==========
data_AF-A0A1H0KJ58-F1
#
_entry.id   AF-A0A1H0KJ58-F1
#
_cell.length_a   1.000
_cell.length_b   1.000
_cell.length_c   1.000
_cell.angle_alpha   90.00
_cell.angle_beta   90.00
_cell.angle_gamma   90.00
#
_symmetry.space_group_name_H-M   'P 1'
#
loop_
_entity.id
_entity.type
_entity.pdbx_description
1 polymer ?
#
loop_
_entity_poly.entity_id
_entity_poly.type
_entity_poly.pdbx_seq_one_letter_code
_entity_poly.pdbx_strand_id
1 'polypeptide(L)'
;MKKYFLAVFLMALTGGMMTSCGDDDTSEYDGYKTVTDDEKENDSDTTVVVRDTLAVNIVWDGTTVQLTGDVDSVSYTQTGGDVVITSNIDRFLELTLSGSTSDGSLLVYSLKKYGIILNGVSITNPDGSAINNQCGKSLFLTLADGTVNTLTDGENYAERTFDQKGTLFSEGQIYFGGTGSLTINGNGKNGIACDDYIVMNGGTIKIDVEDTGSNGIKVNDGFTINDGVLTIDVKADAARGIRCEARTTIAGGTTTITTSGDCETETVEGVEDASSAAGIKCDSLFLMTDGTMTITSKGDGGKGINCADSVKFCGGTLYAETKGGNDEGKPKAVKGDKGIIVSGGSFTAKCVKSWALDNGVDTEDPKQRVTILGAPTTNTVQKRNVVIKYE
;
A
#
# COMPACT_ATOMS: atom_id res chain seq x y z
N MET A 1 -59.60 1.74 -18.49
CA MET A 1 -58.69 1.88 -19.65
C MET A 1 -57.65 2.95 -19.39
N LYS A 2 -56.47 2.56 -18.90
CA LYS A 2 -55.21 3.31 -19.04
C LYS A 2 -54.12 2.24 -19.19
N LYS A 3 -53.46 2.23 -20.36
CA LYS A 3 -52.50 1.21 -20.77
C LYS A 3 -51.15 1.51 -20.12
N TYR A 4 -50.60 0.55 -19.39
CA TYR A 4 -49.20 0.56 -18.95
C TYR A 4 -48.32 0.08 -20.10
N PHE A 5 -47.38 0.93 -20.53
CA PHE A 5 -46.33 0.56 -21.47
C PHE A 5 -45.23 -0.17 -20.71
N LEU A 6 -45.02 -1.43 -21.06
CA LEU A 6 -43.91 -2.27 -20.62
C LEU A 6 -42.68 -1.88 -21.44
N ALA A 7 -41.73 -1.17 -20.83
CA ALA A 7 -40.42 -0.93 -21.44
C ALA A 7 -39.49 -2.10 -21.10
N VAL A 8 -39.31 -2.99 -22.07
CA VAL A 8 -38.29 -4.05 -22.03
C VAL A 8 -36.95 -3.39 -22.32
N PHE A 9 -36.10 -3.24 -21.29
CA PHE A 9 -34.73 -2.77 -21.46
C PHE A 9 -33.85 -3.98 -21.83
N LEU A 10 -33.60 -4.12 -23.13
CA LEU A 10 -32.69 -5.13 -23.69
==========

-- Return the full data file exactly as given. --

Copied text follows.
data_AF-A0A1H0KJ58-F1
#
_entry.id   AF-A0A1H0KJ58-F1
#
_cell.length_a   1.000
_cell.length_b   1.000
_cell.length_c   1.000
_cell.angle_alpha   90.00
_cell.angle_beta   90.00
_cell.angle_gamma   90.00
#
_symmetry.space_group_name_H-M   'P 1'
#
loop_
_entity.id
_entity.type
_entity.pdbx_description
1 polymer ?
#
loop_
_entity_poly.entity_id
_entity_poly.type
_entity_poly.pdbx_seq_one_letter_code
_entity_poly.pdbx_strand_id
1 'polypeptide(L)'
;MKKYFLAVFLMALTGGMMTSCGDDDTSEYDGYKTVTDDEKENDSDTTVVVRDTLAVNIVWDGTTVQLTGDVDSVSYTQTGGDVVITSNIDRFLELTLSGSTSDGSLLVYSLKKYGIILNGVSITNPDGSAINNQCGKSLFLTLADGTVNTLTDGENYAERTFDQKGTLFSEGQIYFGGTGSLTINGNGKNGIACDDYIVMNGGTIKIDVEDTGSNGIKVNDGFTINDGVLTIDVKADAARGIRCEARTTIAGGTTTITTSGDCETETVEGVEDASSAAGIKCDSLFLMTDGTMTITSKGDGGKGINCADSVKFCGGTLYAETKGGNDEGKPKAVKGDKGIIVSGGSFTAKCVKSWALDNGVDTEDPKQRVTILGAPTTNTVQKRNVVIKYE
;
A
#
# COMPACT_ATOMS: atom_id res chain seq x y z
N MET A 1 -59.60 1.74 -18.49
CA MET A 1 -58.69 1.88 -19.65
C MET A 1 -57.65 2.95 -19.39
N LYS A 2 -56.47 2.56 -18.90
CA LYS A 2 -55.21 3.31 -19.04
C LYS A 2 -54.12 2.24 -19.19
N LYS A 3 -53.46 2.23 -20.36
CA LYS A 3 -52.50 1.21 -20.77
C LYS A 3 -51.15 1.51 -20.12
N TYR A 4 -50.60 0.55 -19.39
CA TYR A 4 -49.20 0.56 -18.95
C TYR A 4 -48.32 0.08 -20.10
N PHE A 5 -47.38 0.93 -20.53
CA PHE A 5 -46.33 0.56 -21.47
C PHE A 5 -45.23 -0.17 -20.71
N LEU A 6 -45.02 -1.43 -21.06
CA LEU A 6 -43.91 -2.27 -20.62
C LEU A 6 -42.68 -1.88 -21.44
N ALA A 7 -41.73 -1.17 -20.83
CA ALA A 7 -40.42 -0.93 -21.44
C ALA A 7 -39.49 -2.10 -21.10
N VAL A 8 -39.31 -2.99 -22.07
CA VAL A 8 -38.29 -4.05 -22.03
C VAL A 8 -36.95 -3.39 -22.32
N PHE A 9 -36.10 -3.24 -21.29
CA PHE A 9 -34.73 -2.77 -21.46
C PHE A 9 -33.85 -3.98 -21.83
N LEU A 10 -33.60 -4.12 -23.13
CA LEU A 10 -32.69 -5.13 -23.69